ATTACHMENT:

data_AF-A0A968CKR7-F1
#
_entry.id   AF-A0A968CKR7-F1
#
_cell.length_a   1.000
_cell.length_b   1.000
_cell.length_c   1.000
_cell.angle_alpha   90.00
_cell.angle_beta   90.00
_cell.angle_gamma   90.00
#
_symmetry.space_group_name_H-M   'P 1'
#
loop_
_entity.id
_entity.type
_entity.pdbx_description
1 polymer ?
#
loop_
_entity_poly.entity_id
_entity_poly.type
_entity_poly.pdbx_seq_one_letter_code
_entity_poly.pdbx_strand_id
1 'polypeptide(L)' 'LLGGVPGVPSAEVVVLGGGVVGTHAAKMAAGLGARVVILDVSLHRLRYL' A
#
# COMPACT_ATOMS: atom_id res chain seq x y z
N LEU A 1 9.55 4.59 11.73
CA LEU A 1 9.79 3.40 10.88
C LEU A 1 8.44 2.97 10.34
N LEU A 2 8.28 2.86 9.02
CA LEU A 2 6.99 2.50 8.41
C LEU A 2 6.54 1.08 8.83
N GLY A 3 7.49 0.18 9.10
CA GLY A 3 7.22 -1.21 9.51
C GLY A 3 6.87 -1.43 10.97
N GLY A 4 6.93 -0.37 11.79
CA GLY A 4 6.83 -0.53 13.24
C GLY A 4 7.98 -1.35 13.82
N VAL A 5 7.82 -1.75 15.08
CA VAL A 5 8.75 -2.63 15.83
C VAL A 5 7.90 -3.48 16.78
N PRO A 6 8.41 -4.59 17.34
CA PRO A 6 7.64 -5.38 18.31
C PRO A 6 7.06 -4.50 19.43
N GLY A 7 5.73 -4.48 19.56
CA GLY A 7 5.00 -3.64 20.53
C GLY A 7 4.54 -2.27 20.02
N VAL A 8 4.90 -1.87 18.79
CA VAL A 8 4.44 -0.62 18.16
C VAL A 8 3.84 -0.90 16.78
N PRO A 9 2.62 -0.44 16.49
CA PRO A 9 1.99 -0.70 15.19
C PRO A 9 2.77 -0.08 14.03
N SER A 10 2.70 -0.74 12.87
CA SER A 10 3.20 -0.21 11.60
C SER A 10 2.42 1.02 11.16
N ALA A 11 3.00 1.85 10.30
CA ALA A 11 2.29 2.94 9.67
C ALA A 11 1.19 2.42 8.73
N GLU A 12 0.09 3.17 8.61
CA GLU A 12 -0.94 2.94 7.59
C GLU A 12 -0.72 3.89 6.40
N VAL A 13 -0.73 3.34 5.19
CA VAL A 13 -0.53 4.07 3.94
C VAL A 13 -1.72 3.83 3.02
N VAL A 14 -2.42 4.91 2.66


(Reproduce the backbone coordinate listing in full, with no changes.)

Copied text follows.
data_AF-A0A968CKR7-F1
#
_entry.id   AF-A0A968CKR7-F1
#
_cell.length_a   1.000
_cell.length_b   1.000
_cell.length_c   1.000
_cell.angle_alpha   90.00
_cell.angle_beta   90.00
_cell.angle_gamma   90.00
#
_symmetry.space_group_name_H-M   'P 1'
#
loop_
_entity.id
_entity.type
_entity.pdbx_description
1 polymer ?
#
loop_
_entity_poly.entity_id
_entity_poly.type
_entity_poly.pdbx_seq_one_letter_code
_entity_poly.pdbx_strand_id
1 'polypeptide(L)' 'LLGGVPGVPSAEVVVLGGGVVGTHAAKMAAGLGARVVILDVSLHRLRYL' A
#
# COMPACT_ATOMS: atom_id res chain seq x y z
N LEU A 1 9.55 4.59 11.73
CA LEU A 1 9.79 3.40 10.88
C LEU A 1 8.44 2.97 10.34
N LEU A 2 8.28 2.86 9.02
CA LEU A 2 6.99 2.50 8.41
C LEU A 2 6.54 1.08 8.83
N GLY A 3 7.49 0.18 9.10
CA GLY A 3 7.22 -1.21 9.51
C GLY A 3 6.87 -1.43 10.97
N GLY A 4 6.93 -0.37 11.79
CA GLY A 4 6.83 -0.53 13.24
C GLY A 4 7.98 -1.35 13.82
N VAL A 5 7.82 -1.75 15.08
CA VAL A 5 8.75 -2.63 15.83
C VAL A 5 7.90 -3.48 16.78
N PRO A 6 8.41 -4.59 17.34
CA PRO A 6 7.64 -5.38 18.31
C PRO A 6 7.06 -4.50 19.43
N GLY A 7 5.73 -4.48 19.56
CA GLY A 7 5.00 -3.64 20.53
C GLY A 7 4.54 -2.27 20.02
N VAL A 8 4.90 -1.87 18.79
CA VAL A 8 4.44 -0.62 18.16
C VAL A 8 3.84 -0.90 16.78
N PRO A 9 2.62 -0.44 16.49
CA PRO A 9 1.99 -0.70 15.19
C PRO A 9 2.77 -0.08 14.03
N SER A 10 2.70 -0.74 12.87
CA SER A 10 3.20 -0.21 11.60
C SER A 10 2.42 1.02 11.16
N ALA A 11 3.00 1.85 10.30
CA ALA A 11 2.29 2.94 9.67
C ALA A 11 1.19 2.42 8.73
N GLU A 12 0.09 3.17 8.61
CA GLU A 12 -0.94 2.94 7.59
C GLU A 12 -0.72 3.89 6.40
N VAL A 13 -0.73 3.34 5.19
CA VAL A 13 -0.53 4.07 3.94
C VAL A 13 -1.72 3.83 3.02
N VAL A 14 -2.42 4.91 2.66